Surprisingly, menstrual cups aren’t that new. They were first thought of in the late 1800s. However, the earliest design never made it to the market. Then, in the late 1930s, American Actress Leona Chalmers came up with a similar version to the modern menstrual cup. The design was made with latex rubber which was in high demand during the Second World War and so once again women were deprived because of wars men started. While the product re-emerged the idea of the cup remained scandalous until the early 2000s when the Lunette Cup made with medical grade silicone was introduced by Heli Kurjanen, founder of Lunette (4). Of course in large parts of the world, there is still a widespread stigma attached to the use of anything that goes up the vagina that might actually benefit the woman.

Going back to my own experience, the cup I ordered online had arrived and so had the time had to try it out. I bought some water-based lube and got to work. It wasn’t as hard as I thought. In a few tries, the cup was sitting inside me all happy and snug, ready to collect some blood. Because I was so sick of sanitary pads and I wanted more girls and women to experience the freedom my cup gave me, I decided to share my experience with at least the women and girls in my close circles. I made a series of videos shared on my Instagram stories. Let me tell you, they really don’t teach us ANYTHING about what’s up there. I was afraid of backlash but most of the replies I got were encouragement and praise from women who thought I was doing a brave thing. It made me realize, perhaps it’s not always the women holding each other back, contrary to what patriarchy tries to teach us. The questions were a different story. So many friends, friends from high school, friends who I hardly ever spoke to, friends I go to class with every day had questions for me. Most of the questions were;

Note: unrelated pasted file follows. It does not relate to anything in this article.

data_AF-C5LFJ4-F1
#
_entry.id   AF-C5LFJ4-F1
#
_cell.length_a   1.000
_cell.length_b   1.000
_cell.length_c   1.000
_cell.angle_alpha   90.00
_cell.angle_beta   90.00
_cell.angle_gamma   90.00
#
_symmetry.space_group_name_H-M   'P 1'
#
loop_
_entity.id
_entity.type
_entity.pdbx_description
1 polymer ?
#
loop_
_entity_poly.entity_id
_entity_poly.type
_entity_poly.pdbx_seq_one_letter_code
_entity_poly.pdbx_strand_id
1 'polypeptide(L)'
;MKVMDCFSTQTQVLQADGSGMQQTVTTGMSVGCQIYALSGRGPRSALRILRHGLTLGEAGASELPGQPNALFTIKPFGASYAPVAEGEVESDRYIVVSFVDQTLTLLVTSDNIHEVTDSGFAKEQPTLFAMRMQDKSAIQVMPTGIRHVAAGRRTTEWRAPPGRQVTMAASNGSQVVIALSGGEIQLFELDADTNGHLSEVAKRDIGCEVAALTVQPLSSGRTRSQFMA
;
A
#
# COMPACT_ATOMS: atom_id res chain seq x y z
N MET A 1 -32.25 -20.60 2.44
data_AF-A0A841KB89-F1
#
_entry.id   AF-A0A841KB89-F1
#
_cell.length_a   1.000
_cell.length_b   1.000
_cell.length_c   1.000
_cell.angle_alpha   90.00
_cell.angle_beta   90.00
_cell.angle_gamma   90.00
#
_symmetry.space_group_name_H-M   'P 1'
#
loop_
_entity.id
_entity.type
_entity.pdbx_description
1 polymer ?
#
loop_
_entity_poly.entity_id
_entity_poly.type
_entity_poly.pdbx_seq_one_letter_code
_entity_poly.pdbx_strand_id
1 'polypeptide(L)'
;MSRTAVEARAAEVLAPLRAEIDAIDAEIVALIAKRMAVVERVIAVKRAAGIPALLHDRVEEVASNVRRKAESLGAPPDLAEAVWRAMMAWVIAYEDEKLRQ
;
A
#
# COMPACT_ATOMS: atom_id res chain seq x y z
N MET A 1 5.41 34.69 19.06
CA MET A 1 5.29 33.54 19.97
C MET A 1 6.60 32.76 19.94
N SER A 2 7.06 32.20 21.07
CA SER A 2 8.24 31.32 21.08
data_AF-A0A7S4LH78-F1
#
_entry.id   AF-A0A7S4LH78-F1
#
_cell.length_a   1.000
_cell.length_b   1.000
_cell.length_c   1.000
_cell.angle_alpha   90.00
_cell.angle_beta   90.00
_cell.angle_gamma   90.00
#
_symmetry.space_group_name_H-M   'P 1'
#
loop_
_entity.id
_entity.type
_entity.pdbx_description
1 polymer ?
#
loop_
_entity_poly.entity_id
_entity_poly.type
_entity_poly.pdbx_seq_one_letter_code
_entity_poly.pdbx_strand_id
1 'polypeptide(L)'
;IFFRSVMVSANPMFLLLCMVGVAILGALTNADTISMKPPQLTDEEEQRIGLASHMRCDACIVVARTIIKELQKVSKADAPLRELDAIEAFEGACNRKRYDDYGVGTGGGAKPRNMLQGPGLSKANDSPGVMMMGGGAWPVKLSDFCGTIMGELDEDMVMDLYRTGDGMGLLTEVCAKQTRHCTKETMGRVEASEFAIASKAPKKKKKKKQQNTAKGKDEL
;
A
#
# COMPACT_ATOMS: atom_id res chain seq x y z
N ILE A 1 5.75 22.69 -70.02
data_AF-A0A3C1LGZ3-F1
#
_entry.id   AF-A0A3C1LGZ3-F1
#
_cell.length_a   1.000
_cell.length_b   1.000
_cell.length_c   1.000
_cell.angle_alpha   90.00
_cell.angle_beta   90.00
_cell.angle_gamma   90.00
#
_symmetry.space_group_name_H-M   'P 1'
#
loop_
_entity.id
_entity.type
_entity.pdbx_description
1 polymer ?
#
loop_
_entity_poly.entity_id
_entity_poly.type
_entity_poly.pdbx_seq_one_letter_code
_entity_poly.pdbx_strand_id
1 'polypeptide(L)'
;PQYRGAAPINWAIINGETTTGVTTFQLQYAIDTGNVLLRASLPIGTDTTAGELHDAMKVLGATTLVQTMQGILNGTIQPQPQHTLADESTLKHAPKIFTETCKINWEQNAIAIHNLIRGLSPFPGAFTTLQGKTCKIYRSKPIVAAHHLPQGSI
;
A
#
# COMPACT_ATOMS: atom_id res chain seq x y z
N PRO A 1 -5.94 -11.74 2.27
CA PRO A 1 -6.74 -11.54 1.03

1. Did it hurt?
    No, unless you try and put it in the wrong way. I’m no expert at this and would seriously advise you do your own research before trying anything down there. However, it did not hurt me because, as most websites instructed, I inserted the cup with enough lube and at an angle so it goes directly up the vaginal canal. The entire process is painless, if it hurts, you’re doing something wrong. Once inside, you shouldn’t be able to feel the cup.
  2. What if it falls out?
    The cup is designed in a way that allows it to operate on suction. That means once inside and open, it will not fall, or slide down, or even come out simply by pulling. It will move inside, but perhaps just to adjust itself.
  3. Is it better than pads?
    YES! Thousand times better. It’s more cost-effective in the long run, it’s more comfortable, leaking is ONLY a problem if it isn’t placed correctly, and it can last up to 12 hours (depending on your flow of course). A menstrual cup can last for up to 10 years, imagine the amount of money spent on pads for 10 years, AND the amount of waste created. The entire process is amazing though, it is almost as if you are really not on your period, except the cramps of course, and the mood swings.
  4. Will I lose my virginity if I use a menstrual cup?